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Carrying the baton for breast cancer

Giving Back Connectedness Community Lifestyle Positive Ageing Stories Volunteer Wellbeing
  • IRT Kangara Waters resident Linda Reaby a breast cancer survivor
  • Commonwealth Games baton honour recognised dedication to breast cancer research and patient advocacy
  • Also carried torch for Sydney Olympic Games in 2000
  • Established Consumer Advisory Panel for the Australian and New Zealand Breast Cancer Trials Group
25 February 2018

Canberra resident Dr Linda Reaby carried the 2018 Commonwealth Games baton on Australia Day, in recognition of her dedication to breast cancer research and patient advocacy.

“I’ll tell you what, it was probably one of the highlights of all the things that I’ve done”
Dr Linda Reaby

Australia Day 2018 was one to remember for Dr Linda Reaby AM PhD.

On 26 January, Linda was in Commonwealth Park, Canberra, carrying the baton for the 2018 Commonwealth Games.

She received this honour in recognition of her hard work and dedication to breast cancer research and patient advocacy in Australia, the United States and Budapest.

It was the second time the IRT Kangara Waters resident has enjoyed such an honour. In 2000 Linda carried the torch for the Sydney Olympic Games.

“I’ll tell you what, it was probably one of the highlights of all the things that I’ve done,” Linda says of the experience.

Linda ran with the Olympic torch, but walked with the Commonwealth Games baton.

She has rheumatoid arthritis but was determined not to let that slow her down. When The Good Life spoke to her in the lead-up to the event, she’d started her preparation work and was ready to go.

“I’m looking forward to it and I’m very honoured.”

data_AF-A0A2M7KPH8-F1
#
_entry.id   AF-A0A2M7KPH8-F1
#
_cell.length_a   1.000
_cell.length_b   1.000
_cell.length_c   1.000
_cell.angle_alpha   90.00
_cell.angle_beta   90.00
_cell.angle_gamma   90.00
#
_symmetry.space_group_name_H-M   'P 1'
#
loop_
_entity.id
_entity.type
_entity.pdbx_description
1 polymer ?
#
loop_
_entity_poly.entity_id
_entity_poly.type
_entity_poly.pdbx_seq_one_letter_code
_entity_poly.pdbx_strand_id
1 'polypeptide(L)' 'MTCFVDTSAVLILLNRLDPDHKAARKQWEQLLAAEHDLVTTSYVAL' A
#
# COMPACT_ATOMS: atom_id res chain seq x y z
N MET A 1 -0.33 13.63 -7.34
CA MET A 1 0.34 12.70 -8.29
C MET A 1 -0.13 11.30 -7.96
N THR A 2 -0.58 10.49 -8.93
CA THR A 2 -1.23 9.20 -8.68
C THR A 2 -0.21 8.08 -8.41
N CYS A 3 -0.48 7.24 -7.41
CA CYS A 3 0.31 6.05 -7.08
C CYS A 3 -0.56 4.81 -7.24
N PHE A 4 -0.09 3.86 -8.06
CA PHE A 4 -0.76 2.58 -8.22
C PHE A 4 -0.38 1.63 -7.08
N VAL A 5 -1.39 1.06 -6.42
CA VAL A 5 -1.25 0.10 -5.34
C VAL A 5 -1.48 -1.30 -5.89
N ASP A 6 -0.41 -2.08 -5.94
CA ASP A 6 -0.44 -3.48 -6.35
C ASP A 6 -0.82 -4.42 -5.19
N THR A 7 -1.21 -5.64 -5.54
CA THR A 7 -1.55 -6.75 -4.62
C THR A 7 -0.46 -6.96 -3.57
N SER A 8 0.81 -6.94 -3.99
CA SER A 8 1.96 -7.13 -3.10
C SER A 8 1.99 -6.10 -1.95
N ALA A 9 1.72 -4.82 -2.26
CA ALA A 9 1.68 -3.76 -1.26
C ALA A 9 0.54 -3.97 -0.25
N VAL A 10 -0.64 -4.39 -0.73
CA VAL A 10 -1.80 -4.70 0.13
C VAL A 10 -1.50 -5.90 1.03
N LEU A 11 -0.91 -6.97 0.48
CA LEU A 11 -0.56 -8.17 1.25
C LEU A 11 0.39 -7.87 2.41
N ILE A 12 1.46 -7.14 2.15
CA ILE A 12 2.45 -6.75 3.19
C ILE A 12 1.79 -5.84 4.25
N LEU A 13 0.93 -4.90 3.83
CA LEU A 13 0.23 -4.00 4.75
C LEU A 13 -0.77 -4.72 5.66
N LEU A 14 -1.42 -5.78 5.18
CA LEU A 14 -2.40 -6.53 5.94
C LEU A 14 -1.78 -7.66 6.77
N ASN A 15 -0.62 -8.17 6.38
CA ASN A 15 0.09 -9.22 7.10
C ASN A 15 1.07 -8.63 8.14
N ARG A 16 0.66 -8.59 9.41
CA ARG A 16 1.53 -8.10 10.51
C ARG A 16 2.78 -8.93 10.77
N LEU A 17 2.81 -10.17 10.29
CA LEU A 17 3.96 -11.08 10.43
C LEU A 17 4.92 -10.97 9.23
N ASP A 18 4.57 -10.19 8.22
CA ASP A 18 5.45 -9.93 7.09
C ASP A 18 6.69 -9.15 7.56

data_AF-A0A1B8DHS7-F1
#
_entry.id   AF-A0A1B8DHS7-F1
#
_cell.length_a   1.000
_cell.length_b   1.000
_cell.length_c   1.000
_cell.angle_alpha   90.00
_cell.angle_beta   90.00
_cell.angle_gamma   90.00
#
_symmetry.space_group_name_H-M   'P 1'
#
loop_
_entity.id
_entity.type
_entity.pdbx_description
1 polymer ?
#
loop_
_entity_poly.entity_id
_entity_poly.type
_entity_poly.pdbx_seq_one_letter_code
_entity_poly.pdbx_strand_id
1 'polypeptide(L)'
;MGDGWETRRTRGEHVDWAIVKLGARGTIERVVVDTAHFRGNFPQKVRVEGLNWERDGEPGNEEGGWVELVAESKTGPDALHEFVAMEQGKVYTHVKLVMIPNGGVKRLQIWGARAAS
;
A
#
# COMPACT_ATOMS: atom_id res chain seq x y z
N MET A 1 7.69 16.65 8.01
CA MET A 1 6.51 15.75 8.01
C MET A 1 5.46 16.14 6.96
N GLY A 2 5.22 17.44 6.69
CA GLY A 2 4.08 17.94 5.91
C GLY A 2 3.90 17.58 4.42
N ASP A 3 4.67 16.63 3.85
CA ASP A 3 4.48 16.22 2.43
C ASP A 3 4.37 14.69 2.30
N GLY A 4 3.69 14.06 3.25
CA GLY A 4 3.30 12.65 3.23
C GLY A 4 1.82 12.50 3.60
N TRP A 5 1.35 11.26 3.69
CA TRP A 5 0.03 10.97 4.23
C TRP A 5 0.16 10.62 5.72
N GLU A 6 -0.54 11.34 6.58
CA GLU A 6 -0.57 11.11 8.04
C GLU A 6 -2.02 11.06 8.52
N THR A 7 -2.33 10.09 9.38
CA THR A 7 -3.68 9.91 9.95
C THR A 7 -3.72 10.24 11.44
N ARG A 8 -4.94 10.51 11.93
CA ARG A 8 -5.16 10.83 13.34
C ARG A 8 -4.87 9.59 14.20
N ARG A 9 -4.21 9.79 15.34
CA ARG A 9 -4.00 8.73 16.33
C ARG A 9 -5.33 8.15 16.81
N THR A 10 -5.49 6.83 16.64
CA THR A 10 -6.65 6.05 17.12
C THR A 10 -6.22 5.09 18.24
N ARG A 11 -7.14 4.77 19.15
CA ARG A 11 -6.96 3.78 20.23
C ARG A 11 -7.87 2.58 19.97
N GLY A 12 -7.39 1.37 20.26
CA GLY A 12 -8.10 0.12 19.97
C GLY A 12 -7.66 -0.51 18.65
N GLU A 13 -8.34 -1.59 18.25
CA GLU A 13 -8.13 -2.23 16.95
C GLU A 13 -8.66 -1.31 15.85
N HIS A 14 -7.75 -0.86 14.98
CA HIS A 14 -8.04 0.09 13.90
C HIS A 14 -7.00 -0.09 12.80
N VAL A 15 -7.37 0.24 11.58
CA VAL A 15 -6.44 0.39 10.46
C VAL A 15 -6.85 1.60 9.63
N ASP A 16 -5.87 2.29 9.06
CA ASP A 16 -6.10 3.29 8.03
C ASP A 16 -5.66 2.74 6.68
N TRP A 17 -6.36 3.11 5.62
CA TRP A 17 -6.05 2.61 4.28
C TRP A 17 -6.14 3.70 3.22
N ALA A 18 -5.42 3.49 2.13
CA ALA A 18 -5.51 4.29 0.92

The fact Linda has been successfully nominated twice is testament to how much she has accomplished in her life.

In 1990 she was diagnosed with breast cancer. She counts herself one of the lucky ones because she didn’t need chemotherapy and radiation. She had both breasts removed and breast reconstruction.

Linda focused on the positives of her experience and wanted to give back to other women.

“After I recovered from the emotional shock, I wanted to do something so that future women would never hear those four words ‘you have breast cancer’,” she says.

Linda retired as an Associate Professor and Head of Nursing at the University of Canberra in 2007.

Being both a breast cancer survivor and a researcher gives her a unique view of breast cancer treatment. This helped her establish a Consumer Advisory Panel for the Australian and New Zealand Breast Cancer Trials Group.

In addition, she works with researchers from the Garvan Institute for Medical Research, and the Breast International Group located in Budapest. It is important to Linda that patients have a voice in the clinical trial process. It’s hard work but something that Linda enjoys immensely.

“I’ve given a lot but I’ve gotten a lot more back,” she says.

“Compared to 1990, 50 per cent more Australian women diagnosed with breast cancer are alive today because of the work that researchers and patient advocates do.”

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